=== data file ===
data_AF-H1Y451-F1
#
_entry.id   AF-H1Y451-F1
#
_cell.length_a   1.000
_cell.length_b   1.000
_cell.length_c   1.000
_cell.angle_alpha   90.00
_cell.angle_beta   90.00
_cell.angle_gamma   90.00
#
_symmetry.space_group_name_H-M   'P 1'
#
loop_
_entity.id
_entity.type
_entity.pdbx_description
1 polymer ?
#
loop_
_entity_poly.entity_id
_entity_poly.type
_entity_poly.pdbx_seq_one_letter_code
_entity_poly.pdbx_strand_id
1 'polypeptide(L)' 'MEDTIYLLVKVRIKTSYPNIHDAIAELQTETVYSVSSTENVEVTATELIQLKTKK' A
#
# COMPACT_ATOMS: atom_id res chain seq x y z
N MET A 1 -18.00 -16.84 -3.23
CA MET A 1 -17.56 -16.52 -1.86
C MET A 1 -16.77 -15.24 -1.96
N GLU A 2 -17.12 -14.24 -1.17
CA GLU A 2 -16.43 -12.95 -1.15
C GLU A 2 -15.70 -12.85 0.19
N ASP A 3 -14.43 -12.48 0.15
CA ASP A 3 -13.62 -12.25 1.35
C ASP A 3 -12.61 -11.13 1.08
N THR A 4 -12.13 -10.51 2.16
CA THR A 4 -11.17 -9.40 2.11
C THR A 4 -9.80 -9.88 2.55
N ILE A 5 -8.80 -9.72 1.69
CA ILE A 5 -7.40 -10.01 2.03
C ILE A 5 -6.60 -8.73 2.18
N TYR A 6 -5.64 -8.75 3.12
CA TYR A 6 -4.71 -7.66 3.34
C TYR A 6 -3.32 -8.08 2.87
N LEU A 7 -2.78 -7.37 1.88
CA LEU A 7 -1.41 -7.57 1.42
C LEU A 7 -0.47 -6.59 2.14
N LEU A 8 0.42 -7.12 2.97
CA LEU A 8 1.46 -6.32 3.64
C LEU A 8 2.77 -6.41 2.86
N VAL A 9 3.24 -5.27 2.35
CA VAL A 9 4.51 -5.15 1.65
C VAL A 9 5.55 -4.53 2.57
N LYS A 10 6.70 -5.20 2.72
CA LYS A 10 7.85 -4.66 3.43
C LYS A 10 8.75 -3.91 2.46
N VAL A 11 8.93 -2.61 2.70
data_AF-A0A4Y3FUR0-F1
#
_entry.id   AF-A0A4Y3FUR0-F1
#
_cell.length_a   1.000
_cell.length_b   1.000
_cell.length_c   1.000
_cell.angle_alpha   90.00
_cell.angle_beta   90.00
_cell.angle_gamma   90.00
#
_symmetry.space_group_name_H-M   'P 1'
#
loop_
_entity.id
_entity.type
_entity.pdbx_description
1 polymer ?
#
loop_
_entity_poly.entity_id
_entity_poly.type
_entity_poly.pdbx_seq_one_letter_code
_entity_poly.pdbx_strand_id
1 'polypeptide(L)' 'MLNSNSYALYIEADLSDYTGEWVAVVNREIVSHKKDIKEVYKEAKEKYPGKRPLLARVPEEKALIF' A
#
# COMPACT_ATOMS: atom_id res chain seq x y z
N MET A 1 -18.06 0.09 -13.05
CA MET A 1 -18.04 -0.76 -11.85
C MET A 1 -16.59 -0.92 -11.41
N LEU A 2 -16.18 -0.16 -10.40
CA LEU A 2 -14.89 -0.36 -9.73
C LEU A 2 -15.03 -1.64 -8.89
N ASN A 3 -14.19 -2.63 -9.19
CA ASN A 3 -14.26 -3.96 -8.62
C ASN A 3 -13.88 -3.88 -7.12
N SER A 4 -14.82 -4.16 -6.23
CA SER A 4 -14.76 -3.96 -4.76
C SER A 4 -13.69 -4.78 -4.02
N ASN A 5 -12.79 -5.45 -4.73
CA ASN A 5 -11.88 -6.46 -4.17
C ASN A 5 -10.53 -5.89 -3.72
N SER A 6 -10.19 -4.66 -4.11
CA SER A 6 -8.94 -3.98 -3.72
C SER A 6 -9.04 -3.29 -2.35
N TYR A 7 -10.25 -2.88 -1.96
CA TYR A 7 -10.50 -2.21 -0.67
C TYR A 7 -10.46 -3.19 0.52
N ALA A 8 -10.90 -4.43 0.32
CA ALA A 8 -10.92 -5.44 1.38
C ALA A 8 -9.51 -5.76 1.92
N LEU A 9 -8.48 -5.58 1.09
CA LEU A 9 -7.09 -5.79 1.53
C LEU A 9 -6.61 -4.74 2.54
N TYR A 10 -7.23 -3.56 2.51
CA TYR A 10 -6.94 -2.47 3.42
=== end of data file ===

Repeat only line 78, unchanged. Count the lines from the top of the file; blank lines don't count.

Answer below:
loop_